Many of us fondly recall the joy of endless hours of outdoor play each summer, but did you know that during these carefree times you were also nurturing skills essential to succeed in school and in life?
Research continues to tell us about the importance of play– especially outdoor play. Playing outside allows children to explore nature plus develop coordination, strength and self-confidence. It also nurtures STEAM skills (Science, Technology, Engineering, Arts and Math) and Executive Function skills.
At Kinderberry Hill, one of our most exciting projects this year is the addition of our Outdoor Classrooms! Outdoor Classrooms are thoughtfully designed spaces that incorporate natural learning materials so that children may seamlessly continue their indoor learning in the open air.
Outdoor learning has many academic and social-emotional benefits, plus most importantly, it is really FUN. You can replicate some of the inspired ideas from Kinderberry Hill’s Outdoor Classrooms at home! Here are some tips and suggestions to try:
Let your children build BIG with Messy Materials!
The name may be intimidating, but “messy materials” are simply items requiring full body movement to build and create. Examples include milk crates, sheets and clothespins, cardboard boxes, long branches, and stumps. These items offer a different type of play for children, challenging them to think in scale to their own body. Outdoors is the best place for these materials because space is not limited and children can bring their BIG ideas to life.
I must admit, my husband was a bit less enthusiastic when our stacks of milk crates began to accumulate behind the garage. However, seeing the collaboration to build forts, stages, even a house with a porch, quickly proved their merit. Their outdoor play is more enriched and creative since adding messy materials.
Add a block area outside.
Many of us have blocks in our homes, but have you thought of setting up a block building area outside? You will need a hard surface for children to build such as your deck, steps, or even driveway. If these options are not available, consider purchasing a plastic builder’s mixing tray from your local hardware store. They are lightweight and easily tucked away when play is finished.
The next thing you will need for a successful outdoor block area is… cool stuff! Look for interesting items for building. Consider adding old CDs, wood rounds, candlesticks, tiles, spools, spindles, cones, seashells, pinecones, plastic coated children’s wire, etc. These materials can be continuously changing, depending upon what children find beautiful and unique.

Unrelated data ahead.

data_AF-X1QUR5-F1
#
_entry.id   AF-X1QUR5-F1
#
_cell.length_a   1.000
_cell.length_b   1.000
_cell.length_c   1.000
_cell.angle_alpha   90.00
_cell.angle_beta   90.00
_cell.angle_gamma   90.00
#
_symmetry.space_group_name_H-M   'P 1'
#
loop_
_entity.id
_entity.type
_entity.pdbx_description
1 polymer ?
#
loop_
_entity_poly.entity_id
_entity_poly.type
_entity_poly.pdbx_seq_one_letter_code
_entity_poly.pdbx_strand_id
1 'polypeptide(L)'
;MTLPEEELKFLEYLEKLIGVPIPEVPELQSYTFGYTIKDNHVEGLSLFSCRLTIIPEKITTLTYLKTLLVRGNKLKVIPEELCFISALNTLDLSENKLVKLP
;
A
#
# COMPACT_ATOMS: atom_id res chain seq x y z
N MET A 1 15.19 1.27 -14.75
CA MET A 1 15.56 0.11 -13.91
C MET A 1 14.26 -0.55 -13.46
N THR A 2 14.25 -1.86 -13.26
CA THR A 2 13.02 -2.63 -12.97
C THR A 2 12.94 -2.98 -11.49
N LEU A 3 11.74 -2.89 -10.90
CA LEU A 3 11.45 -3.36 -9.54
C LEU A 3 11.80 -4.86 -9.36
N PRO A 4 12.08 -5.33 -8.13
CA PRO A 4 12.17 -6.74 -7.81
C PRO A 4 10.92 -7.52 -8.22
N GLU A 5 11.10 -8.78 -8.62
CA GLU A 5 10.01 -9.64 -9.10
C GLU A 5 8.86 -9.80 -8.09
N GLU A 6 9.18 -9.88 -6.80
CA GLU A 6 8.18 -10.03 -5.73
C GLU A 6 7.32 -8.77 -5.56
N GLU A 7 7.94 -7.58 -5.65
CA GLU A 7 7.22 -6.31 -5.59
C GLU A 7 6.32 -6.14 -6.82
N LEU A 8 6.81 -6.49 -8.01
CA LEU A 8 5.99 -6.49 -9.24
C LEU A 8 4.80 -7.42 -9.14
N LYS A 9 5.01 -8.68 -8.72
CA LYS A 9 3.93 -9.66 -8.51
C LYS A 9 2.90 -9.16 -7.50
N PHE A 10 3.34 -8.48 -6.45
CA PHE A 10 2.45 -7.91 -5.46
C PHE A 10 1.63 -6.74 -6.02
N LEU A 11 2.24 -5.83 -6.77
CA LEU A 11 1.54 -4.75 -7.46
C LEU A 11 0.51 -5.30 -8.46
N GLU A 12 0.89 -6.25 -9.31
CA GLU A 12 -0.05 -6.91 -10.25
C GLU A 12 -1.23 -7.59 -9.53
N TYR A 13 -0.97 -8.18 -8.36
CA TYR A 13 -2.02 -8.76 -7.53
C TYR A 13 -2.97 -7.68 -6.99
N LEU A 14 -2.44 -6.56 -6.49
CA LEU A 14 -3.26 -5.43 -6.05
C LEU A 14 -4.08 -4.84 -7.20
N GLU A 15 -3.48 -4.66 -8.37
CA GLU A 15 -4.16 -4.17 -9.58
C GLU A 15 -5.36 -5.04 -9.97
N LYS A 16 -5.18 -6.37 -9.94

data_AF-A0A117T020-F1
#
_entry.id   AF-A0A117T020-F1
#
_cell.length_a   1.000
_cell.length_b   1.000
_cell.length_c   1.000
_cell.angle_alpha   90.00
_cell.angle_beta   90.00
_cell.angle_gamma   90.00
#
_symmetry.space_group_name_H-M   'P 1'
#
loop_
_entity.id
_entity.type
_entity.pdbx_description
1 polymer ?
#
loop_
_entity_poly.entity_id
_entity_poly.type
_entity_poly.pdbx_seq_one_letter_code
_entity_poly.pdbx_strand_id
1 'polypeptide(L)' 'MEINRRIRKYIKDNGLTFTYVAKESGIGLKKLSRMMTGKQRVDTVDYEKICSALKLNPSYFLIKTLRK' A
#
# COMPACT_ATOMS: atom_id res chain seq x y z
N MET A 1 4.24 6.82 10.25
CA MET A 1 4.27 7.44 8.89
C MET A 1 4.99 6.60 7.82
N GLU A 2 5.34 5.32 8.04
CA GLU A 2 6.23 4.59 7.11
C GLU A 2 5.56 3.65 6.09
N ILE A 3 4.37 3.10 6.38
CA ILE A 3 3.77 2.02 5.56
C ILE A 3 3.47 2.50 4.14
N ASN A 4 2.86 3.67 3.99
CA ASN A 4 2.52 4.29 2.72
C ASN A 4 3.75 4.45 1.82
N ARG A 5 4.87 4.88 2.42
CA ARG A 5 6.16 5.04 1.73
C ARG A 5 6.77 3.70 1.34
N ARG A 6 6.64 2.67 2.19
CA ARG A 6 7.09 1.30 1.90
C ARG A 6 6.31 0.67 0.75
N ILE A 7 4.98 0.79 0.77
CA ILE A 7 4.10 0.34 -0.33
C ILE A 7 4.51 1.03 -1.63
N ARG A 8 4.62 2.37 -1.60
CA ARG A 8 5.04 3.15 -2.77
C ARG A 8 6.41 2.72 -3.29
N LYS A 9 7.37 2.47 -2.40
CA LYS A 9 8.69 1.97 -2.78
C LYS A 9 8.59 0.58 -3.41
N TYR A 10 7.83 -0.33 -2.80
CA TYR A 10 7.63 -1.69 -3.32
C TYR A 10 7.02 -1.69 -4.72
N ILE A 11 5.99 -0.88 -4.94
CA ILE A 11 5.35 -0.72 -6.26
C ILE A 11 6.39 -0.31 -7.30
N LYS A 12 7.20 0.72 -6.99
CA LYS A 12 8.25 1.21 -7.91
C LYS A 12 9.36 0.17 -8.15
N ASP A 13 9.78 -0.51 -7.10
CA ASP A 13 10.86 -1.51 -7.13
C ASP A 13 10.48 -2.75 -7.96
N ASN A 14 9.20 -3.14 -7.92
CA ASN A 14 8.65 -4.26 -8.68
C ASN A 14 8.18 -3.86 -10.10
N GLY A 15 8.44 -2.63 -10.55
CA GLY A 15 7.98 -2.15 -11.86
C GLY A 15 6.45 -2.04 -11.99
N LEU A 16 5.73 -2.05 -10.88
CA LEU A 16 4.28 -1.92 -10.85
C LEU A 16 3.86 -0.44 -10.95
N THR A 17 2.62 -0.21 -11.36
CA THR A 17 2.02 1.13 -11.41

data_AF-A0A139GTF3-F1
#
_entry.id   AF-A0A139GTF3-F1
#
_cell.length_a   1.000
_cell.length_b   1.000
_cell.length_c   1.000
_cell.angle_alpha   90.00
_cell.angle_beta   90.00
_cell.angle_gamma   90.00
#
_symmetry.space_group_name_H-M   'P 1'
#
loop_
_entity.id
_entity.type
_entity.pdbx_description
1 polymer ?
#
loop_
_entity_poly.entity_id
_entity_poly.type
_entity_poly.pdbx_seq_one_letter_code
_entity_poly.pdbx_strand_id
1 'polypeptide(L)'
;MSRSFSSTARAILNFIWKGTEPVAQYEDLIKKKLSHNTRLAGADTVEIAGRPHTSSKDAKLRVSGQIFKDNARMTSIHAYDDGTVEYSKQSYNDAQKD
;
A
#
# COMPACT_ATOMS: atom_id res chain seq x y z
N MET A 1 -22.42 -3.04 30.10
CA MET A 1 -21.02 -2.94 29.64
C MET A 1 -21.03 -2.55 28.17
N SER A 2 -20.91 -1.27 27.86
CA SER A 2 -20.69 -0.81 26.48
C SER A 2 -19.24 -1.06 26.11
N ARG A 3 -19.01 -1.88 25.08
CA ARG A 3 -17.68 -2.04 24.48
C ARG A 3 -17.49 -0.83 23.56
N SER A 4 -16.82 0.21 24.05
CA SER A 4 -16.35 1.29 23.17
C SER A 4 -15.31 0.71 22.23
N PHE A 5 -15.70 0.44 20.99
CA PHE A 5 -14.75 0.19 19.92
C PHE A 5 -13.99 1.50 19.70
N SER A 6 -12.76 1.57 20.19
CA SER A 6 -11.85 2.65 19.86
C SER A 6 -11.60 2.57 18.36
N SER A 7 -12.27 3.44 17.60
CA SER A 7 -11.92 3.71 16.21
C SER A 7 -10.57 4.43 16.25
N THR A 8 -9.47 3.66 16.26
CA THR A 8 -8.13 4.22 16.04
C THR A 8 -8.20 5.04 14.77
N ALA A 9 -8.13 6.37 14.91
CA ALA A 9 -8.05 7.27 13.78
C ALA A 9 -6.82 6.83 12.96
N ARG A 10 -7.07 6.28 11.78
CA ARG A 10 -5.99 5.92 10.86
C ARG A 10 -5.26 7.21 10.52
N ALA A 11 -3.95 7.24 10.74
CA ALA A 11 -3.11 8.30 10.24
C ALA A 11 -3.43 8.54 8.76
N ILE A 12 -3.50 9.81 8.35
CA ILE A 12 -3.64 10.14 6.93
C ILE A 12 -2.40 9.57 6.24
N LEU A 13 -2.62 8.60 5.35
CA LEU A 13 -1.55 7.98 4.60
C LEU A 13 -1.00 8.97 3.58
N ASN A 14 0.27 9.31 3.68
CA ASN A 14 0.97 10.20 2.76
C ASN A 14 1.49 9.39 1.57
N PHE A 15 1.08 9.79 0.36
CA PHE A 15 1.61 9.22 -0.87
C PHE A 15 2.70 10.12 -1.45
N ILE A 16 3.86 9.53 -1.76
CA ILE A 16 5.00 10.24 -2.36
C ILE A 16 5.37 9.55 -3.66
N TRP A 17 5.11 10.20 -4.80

What about Sandboxes and Mud?
Children absolutely love mud. Even those who do not wish to have their hands in it find it hard to resist poking a stick in and stirring. We have an area in our backyard simply for digging and playing. This is one of my son’s favorite backyard places. He loves to make tracks, build hills, create bridges and even dig holes to bury “stuff.” All of this creativity and engineering washes away easily with the dump of a bucket when he is ready to start again. Though our little mud patch may not be for everyone (some may say an eyesore), I smile every time I see his latest project and know I will surely miss it when it finally grows over with grass, for good.
If mud is not an option, think about a sandbox. Old pots and pans, muffin tins, spoons, cups, artificial flowers, toy cars, pieces of wood, etc. do wonders for sandbox play and offer the same great opportunities for creativity and engineering. I am amazed by how a bucket of water in the sandbox allows us to mow our entire backyard with little to no interruptions.
Move art outside!
Art outdoors can be so much fun and messier! (The garden hose comes in handy!) Think about moving easels outside and keeping a supply of paper, markers, sidewalk chalk, paints, glitter, glue, etc. available outdoors.
To explore nature through art, try gathering a variety of natural loose parts: wood rounds, acorns, pinecones, dried seeds/pods, rocks, pebbles, etc. Children enjoy lining these up, making patterns, and creating pictures and stories. Let them use watercolors or washable paint to further explore and create. If you have an old mirror, place it on the ground or on a picnic table. See if your children can paint the clouds or the leaves on a tree. What a fun and unique way to appreciate nature through art.
I could go on and on about the many benefits of outdoor play, but most importantly, it’s really fun! To learn more about Kinderberry Hill’s outdoor classrooms, visit www.kinderberryhill.com.
Sara Reichstadt is the Education Coordinator for the six NAEYC-accredited Twin Cities Kinderberry Hill Child Development Centers. Sara earned a bachelor’s degree in Child Psychology from the University of Minnesota, where she trained in the Shirley G. Moore Lab School. Sara, who has been with Kinderberry Hill since 1999, has taught in infant, toddler and preschool classrooms as well as serving in management positions. As Education Coordinator, Sara helps implement curriculum, offers classroom support and conducts teacher trainings. Sara is also a MNCPD (Minnesota Center for Professional Development) registered trainer in the SEEDS of Early Literacy Program. She is passionate about early education and helping children, teachers and families. Sara has two young children and knows firsthand the importance of a quality early education.